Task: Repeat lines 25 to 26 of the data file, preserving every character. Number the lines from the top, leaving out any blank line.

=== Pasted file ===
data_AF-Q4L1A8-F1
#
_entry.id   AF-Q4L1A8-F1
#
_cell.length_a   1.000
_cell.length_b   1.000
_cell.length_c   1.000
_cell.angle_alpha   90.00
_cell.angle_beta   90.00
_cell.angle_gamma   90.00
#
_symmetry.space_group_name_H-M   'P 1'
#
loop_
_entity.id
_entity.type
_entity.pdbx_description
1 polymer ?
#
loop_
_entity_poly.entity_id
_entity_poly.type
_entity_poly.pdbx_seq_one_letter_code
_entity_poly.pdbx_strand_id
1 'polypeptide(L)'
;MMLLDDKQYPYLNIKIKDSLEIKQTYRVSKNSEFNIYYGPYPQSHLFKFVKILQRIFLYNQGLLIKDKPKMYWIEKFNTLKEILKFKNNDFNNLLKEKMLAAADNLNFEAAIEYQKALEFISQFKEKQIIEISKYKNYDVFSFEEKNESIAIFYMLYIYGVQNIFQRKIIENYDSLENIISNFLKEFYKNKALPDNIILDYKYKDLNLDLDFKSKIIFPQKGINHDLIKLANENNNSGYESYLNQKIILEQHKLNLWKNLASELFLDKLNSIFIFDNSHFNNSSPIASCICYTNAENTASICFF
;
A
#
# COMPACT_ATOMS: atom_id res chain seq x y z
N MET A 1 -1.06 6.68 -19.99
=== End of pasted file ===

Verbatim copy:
1 'polypeptide(L)'
;MMLLDDKQYPYLNIKIKDSLEIKQTYRVSKNSEFNIYYGPYPQSHLFKFVKILQRIFLYNQGLLIKDKPKMYWIEKFNTLKEILKFKNNDFNNLLKEKMLAAADNLNFEAAIEYQKALEFISQFKEKQIIEISKYKNYDVFSFEEKNESIAIFYMLYIYGVQNIFQRKIIENYDSLENIISNFLKEFYKNKALPDNIILDYKYKDLNLDLDFKSKIIFPQKGINHDLIKLANENNNSGYESYLNQKIILEQHKLNLWKNLASELFLDKLNSIFIFDNSHFNNSSPIASCICYTNAENTASICFF